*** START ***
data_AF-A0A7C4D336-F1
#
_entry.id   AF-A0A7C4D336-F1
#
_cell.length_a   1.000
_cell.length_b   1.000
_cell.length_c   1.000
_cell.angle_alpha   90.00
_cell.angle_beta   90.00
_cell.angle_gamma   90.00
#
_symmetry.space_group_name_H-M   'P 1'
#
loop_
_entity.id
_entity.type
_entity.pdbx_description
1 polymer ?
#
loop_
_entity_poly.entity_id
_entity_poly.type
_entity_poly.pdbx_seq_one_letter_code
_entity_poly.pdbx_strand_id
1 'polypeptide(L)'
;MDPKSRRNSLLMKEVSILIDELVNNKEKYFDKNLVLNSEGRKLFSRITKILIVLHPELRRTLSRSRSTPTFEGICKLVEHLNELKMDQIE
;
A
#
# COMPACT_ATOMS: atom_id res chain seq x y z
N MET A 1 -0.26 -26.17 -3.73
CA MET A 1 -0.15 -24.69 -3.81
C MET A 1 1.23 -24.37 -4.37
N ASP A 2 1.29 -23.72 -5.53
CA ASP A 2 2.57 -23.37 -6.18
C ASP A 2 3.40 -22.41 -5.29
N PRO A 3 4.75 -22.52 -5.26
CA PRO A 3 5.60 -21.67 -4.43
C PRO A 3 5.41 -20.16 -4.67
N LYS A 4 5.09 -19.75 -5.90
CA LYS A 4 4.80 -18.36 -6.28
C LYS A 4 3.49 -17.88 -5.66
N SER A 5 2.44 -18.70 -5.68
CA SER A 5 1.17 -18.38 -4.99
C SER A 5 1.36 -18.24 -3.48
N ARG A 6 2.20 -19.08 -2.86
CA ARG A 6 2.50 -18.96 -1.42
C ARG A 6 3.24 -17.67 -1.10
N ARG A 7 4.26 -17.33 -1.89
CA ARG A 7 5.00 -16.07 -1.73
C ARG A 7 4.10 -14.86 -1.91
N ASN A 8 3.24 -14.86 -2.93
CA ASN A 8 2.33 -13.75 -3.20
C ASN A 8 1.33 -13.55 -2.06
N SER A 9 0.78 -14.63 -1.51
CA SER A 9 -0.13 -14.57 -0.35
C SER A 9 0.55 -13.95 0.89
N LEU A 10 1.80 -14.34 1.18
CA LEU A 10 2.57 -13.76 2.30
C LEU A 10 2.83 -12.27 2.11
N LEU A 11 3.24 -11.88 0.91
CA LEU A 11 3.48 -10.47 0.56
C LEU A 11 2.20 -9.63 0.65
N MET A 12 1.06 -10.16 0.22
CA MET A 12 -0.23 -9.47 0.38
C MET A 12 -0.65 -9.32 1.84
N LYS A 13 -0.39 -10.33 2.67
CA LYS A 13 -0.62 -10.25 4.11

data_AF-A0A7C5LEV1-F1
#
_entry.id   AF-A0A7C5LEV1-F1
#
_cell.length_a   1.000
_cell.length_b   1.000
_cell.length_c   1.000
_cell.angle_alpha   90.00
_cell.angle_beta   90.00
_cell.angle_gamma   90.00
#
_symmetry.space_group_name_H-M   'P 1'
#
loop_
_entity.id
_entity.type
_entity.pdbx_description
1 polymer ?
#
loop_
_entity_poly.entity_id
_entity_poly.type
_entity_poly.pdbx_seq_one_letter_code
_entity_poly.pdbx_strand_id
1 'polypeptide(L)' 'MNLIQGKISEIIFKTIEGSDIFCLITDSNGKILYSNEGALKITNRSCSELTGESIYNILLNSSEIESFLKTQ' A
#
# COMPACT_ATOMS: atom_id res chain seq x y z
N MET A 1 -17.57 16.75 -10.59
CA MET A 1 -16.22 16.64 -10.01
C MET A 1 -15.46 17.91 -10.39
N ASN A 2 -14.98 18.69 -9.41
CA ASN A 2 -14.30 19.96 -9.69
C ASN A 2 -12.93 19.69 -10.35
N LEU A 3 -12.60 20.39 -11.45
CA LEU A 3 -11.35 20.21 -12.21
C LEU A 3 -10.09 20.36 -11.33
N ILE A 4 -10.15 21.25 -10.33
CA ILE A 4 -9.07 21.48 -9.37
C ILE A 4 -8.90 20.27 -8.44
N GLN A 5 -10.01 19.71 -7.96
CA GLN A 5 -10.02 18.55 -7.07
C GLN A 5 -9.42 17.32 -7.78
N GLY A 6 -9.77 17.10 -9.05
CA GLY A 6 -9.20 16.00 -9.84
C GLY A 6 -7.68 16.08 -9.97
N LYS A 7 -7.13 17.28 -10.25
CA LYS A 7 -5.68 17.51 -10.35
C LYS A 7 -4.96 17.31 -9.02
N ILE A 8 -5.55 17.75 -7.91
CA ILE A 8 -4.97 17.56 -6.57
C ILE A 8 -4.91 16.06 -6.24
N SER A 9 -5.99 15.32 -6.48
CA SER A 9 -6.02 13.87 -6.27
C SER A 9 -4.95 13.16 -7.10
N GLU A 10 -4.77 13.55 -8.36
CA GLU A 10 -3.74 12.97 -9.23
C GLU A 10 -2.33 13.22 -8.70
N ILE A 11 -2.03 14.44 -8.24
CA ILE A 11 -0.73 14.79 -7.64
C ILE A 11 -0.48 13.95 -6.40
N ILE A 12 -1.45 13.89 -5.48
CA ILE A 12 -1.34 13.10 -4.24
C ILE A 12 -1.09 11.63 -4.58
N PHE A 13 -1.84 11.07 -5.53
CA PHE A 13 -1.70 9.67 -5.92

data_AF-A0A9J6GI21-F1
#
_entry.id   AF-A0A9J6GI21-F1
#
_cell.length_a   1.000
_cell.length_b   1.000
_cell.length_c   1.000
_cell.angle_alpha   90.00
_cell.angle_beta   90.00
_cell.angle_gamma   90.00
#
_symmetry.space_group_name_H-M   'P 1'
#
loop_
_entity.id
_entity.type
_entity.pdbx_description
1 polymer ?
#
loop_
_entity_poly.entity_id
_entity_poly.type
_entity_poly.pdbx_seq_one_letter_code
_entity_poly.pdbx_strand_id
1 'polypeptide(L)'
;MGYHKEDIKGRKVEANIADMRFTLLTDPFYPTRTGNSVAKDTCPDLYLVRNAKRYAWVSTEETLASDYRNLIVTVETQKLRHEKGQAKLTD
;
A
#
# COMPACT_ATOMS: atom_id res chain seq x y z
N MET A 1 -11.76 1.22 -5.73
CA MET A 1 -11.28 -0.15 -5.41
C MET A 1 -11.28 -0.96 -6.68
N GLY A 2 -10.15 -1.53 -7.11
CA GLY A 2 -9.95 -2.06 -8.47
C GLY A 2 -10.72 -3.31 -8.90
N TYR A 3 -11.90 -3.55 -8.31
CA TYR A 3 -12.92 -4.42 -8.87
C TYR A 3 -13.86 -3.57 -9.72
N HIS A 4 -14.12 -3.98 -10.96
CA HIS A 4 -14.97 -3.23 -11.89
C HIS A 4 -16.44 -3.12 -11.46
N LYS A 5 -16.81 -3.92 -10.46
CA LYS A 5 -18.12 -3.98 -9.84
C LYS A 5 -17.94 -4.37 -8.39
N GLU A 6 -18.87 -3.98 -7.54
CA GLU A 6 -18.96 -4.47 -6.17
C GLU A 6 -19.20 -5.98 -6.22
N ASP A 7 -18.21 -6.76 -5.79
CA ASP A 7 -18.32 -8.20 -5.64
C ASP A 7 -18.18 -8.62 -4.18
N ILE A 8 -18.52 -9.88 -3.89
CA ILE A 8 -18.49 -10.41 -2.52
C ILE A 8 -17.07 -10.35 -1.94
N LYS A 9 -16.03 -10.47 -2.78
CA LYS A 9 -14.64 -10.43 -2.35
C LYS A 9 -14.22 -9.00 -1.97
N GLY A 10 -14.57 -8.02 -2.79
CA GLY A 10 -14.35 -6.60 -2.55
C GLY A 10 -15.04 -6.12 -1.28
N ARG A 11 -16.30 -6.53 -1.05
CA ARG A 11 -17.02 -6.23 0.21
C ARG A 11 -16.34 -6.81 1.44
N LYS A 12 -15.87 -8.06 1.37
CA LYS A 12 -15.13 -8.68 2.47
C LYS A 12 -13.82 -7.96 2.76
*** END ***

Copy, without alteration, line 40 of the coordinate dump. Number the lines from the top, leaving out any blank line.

N LYS A 4 5.09 -19.75 -5.90